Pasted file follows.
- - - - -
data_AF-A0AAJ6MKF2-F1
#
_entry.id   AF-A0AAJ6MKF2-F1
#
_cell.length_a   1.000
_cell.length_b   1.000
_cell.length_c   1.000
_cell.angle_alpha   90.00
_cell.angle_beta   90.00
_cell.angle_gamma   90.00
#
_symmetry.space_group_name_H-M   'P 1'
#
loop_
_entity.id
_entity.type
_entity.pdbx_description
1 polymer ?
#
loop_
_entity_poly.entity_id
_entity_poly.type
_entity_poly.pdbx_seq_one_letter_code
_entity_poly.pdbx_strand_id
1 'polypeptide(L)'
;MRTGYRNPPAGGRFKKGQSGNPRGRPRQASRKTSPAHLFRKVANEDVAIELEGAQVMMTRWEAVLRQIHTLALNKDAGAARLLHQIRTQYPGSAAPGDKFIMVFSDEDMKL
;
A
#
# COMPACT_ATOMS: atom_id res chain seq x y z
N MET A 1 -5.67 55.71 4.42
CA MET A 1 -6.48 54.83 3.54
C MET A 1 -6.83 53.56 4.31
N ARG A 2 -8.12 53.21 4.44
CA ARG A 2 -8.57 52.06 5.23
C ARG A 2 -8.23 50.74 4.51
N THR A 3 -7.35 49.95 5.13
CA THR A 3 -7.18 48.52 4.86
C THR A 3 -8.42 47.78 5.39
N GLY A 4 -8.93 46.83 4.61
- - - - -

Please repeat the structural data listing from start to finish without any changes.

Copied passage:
data_AF-A0AAJ6MKF2-F1
#
_entry.id   AF-A0AAJ6MKF2-F1
#
_cell.length_a   1.000
_cell.length_b   1.000
_cell.length_c   1.000
_cell.angle_alpha   90.00
_cell.angle_beta   90.00
_cell.angle_gamma   90.00
#
_symmetry.space_group_name_H-M   'P 1'
#
loop_
_entity.id
_entity.type
_entity.pdbx_description
1 polymer ?
#
loop_
_entity_poly.entity_id
_entity_poly.type
_entity_poly.pdbx_seq_one_letter_code
_entity_poly.pdbx_strand_id
1 'polypeptide(L)'
;MRTGYRNPPAGGRFKKGQSGNPRGRPRQASRKTSPAHLFRKVANEDVAIELEGAQVMMTRWEAVLRQIHTLALNKDAGAARLLHQIRTQYPGSAAPGDKFIMVFSDEDMKL
;
A
#
# COMPACT_ATOMS: atom_id res chain seq x y z
N MET A 1 -5.67 55.71 4.42
CA MET A 1 -6.48 54.83 3.54
C MET A 1 -6.83 53.56 4.31
N ARG A 2 -8.12 53.21 4.44
CA ARG A 2 -8.57 52.06 5.23
C ARG A 2 -8.23 50.74 4.51
N THR A 3 -7.35 49.95 5.13
CA THR A 3 -7.18 48.52 4.86
C THR A 3 -8.42 47.78 5.39
N GLY A 4 -8.93 46.83 4.61